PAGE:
The Kitchen Sink and "Japanification"

This weekend in the Northeast corner of the United States a very interesting conference took place. It was titled ‘Revisiting Monetary Policy in a Low Inflation Environment: Remarks at the Federal Reserve Bank of Boston’s 55th Economic Conference,’ and the speaker was Eric S. Rosengren, President & Chief Executive Officer of the Boston Federal Reserve Bank (

If you’re too busy to read the entire speech, the bottom line is this: even with tax, fiscal and social policies, once you enter a true deflationary period you will run the risk of deflation persisting. The data he draws upon is from the last 20 years in Japan and it's clear that a deflationary spiral is nothing to fool with.

Coincidentally, the NY Times ran a very interesting article this Sunday showcasing some snippets of life in Japan. It was troubling to see this article show the human sides of deflation on the spirit and drive of the Japanese people and its impact on the culture. Low interest rates and government stimulus can't begin to solve the motivational and incentive problems in Japan. You can access the article from my Twitter (@PHCOAdvisors) or directly from here:

The Kitchen Sink

Before I get to the kitchen sink, I probably should back up and give a quick primer on GDP in the simplest terms. In fact, I think this will explain what's going on with our politicians right now once we agree on some basics.

Is there really a new roadmap to GDP growth?

First, GDP is a simple formula that is quite easy to explain. There are only a few ways to move the needle on GDP growth. We can consume a whole lot more, have our government spend more, we can invest more in plant, equipment and technology as businesses, or we can export more of what we make and import less of what "they” make. Everything else you read about, listen to and watch, when it comes to economic policy feeds into those basic facts.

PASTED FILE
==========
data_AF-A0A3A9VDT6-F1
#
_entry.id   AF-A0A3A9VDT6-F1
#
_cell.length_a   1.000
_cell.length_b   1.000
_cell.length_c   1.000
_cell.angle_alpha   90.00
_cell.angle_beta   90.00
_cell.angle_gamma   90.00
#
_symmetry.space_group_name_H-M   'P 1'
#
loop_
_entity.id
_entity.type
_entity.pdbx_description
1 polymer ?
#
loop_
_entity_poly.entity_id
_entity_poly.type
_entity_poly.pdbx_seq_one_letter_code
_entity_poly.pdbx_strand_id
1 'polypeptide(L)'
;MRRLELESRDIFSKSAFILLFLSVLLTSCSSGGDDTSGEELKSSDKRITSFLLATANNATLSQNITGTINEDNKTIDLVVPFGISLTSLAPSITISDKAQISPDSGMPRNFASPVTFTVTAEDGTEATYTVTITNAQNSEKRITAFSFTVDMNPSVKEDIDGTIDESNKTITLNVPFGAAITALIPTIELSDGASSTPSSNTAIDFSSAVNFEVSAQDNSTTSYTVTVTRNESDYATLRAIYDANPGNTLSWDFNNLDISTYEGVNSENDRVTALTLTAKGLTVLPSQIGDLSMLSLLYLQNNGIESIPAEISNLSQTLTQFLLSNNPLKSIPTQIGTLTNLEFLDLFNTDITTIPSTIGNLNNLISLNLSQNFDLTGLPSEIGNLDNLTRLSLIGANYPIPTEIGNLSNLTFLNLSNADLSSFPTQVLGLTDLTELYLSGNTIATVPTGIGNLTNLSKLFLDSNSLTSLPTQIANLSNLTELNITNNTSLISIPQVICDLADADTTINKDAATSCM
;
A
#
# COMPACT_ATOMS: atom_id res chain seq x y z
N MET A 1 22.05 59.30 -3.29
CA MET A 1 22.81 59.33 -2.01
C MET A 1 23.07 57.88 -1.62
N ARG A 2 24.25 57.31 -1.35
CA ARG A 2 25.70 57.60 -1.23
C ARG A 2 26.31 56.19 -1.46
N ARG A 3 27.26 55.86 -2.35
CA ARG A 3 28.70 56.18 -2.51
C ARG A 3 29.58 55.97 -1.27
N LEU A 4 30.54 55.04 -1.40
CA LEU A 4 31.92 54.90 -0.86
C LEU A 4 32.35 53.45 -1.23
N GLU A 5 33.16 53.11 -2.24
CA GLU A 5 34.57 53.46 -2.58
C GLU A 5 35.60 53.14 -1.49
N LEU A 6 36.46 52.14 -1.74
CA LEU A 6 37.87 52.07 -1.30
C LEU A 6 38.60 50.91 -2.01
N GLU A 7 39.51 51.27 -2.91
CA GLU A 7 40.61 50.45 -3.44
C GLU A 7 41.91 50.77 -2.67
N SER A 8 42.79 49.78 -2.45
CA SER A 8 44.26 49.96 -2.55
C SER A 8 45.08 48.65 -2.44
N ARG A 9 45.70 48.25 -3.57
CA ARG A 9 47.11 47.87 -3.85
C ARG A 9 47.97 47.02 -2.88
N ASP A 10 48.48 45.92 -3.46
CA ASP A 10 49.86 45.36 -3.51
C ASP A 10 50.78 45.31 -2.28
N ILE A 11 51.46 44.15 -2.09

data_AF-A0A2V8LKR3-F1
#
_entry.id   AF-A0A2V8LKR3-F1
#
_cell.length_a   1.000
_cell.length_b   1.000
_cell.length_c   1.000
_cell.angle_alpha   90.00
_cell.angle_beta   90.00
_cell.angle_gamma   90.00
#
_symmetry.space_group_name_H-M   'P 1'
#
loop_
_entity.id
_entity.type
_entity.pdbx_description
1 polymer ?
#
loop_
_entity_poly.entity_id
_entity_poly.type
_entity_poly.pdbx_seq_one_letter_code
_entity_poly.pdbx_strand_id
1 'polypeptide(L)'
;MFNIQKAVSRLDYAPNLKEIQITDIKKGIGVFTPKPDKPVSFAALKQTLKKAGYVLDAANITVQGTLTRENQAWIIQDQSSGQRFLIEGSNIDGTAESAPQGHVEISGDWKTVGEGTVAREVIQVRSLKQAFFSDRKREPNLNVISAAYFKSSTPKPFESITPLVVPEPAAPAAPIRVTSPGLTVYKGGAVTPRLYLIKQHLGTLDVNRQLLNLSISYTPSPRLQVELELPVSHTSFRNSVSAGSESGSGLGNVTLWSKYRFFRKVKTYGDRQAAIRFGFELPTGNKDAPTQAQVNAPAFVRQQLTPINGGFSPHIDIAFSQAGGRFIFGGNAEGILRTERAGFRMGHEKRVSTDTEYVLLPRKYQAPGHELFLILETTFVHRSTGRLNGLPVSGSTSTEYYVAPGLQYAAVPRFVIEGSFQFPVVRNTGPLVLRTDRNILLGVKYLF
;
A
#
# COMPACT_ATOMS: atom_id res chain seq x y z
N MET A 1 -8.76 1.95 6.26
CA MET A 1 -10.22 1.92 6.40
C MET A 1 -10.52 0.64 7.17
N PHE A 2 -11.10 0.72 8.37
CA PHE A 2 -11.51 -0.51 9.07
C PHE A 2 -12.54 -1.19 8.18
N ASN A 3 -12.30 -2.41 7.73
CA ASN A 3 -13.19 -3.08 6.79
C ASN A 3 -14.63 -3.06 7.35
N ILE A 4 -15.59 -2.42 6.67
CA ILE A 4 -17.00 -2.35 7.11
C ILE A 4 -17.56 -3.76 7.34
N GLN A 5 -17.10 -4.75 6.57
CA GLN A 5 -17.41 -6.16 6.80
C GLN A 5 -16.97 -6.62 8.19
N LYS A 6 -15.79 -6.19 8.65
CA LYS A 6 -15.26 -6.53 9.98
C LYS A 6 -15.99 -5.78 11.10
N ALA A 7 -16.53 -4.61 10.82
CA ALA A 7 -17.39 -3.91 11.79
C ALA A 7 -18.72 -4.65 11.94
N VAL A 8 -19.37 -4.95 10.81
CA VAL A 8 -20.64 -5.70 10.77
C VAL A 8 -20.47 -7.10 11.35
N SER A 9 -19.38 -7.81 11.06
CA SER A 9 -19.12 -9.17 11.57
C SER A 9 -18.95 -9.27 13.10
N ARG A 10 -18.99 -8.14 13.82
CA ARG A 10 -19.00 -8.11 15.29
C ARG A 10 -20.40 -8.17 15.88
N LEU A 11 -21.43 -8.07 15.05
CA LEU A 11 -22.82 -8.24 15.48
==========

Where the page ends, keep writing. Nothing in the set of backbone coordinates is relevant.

Dr. Mohamed Abdulla El-Erian a wise man from PIMCO coined the term "New Normal" when it comes to this investing environment. What he doesn’t go onto suggest is a ‘new normal’ for the one component of GDP that matters most… (drum roll please) CONSUMPTION.

As you can see by the slide it's over 70% of our GDP formula.

GDP formula

I asked my team to run some "What If's" if the "New Normal" meant less consumption by all of us. What would have to go up if we dropped consumption by 10% in the GDP formula? By the way, during the Great Depression consumption dropped by 41% so a 10% drop is not unimaginable.

You can see that all things being equal:uS GDP and consumption since 1929

Investment would have to go up by:


Government Spending would have to go up by:

government spending gdp
Imports vs. Exports would have to balance out by:

imports vs exports
Or you can run a combination of all four to make it less severe on each component:

balanced adjustments

Let's connect the dots, formula to reality:

  • Investments by private business are strained by not having a clear picture of demand from the end consumer. However, we hear about accelerated depreciation ideas and R&D tax credits. These are all incentives to move the needle on planned investments by the private sector.